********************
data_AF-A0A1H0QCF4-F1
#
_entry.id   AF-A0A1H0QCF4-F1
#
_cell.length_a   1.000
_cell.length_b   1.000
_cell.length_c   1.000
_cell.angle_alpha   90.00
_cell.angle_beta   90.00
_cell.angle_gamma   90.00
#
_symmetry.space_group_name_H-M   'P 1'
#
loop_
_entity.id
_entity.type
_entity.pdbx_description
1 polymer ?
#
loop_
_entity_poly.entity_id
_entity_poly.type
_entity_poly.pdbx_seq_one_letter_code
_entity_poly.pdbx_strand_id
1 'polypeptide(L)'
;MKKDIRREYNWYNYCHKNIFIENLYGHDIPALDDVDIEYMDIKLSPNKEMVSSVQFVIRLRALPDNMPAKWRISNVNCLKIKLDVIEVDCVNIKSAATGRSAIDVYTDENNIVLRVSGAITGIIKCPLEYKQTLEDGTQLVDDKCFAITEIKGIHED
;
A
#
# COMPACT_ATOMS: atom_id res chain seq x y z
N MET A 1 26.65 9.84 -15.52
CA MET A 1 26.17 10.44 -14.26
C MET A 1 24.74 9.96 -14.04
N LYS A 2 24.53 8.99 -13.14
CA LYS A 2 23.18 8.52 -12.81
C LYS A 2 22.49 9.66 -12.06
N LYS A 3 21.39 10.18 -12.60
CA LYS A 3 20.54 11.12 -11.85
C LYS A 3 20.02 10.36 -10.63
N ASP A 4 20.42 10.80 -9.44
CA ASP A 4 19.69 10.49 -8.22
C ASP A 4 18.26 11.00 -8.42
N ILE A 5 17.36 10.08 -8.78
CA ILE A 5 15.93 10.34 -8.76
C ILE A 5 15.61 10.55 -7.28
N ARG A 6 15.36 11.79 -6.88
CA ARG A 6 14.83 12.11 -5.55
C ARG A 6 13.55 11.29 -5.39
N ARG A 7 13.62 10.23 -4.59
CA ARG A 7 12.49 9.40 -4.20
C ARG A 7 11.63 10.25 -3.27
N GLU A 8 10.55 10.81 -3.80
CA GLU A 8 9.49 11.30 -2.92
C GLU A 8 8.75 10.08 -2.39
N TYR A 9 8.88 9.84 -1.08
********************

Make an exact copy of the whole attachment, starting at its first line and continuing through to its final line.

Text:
data_AF-A0A1H0QCF4-F1
#
_entry.id   AF-A0A1H0QCF4-F1
#
_cell.length_a   1.000
_cell.length_b   1.000
_cell.length_c   1.000
_cell.angle_alpha   90.00
_cell.angle_beta   90.00
_cell.angle_gamma   90.00
#
_symmetry.space_group_name_H-M   'P 1'
#
loop_
_entity.id
_entity.type
_entity.pdbx_description
1 polymer ?
#
loop_
_entity_poly.entity_id
_entity_poly.type
_entity_poly.pdbx_seq_one_letter_code
_entity_poly.pdbx_strand_id
1 'polypeptide(L)'
;MKKDIRREYNWYNYCHKNIFIENLYGHDIPALDDVDIEYMDIKLSPNKEMVSSVQFVIRLRALPDNMPAKWRISNVNCLKIKLDVIEVDCVNIKSAATGRSAIDVYTDENNIVLRVSGAITGIIKCPLEYKQTLEDGTQLVDDKCFAITEIKGIHED
;
A
#
# COMPACT_ATOMS: atom_id res chain seq x y z
N MET A 1 26.65 9.84 -15.52
CA MET A 1 26.17 10.44 -14.26
C MET A 1 24.74 9.96 -14.04
N LYS A 2 24.53 8.99 -13.14
CA LYS A 2 23.18 8.52 -12.81
C LYS A 2 22.49 9.66 -12.06
N LYS A 3 21.39 10.18 -12.60
CA LYS A 3 20.54 11.12 -11.85
C LYS A 3 20.02 10.36 -10.63
N ASP A 4 20.42 10.80 -9.44
CA ASP A 4 19.69 10.49 -8.22
C ASP A 4 18.26 11.00 -8.42
N ILE A 5 17.36 10.08 -8.78
CA ILE A 5 15.93 10.34 -8.76
C ILE A 5 15.61 10.55 -7.28
N ARG A 6 15.36 11.79 -6.88
CA ARG A 6 14.83 12.11 -5.55
C ARG A 6 13.55 11.29 -5.39
N ARG A 7 13.62 10.23 -4.59
CA ARG A 7 12.49 9.40 -4.20
C ARG A 7 11.63 10.25 -3.27
N GLU A 8 10.55 10.81 -3.80
CA GLU A 8 9.49 11.30 -2.92
C GLU A 8 8.75 10.08 -2.39
N TYR A 9 8.88 9.84 -1.08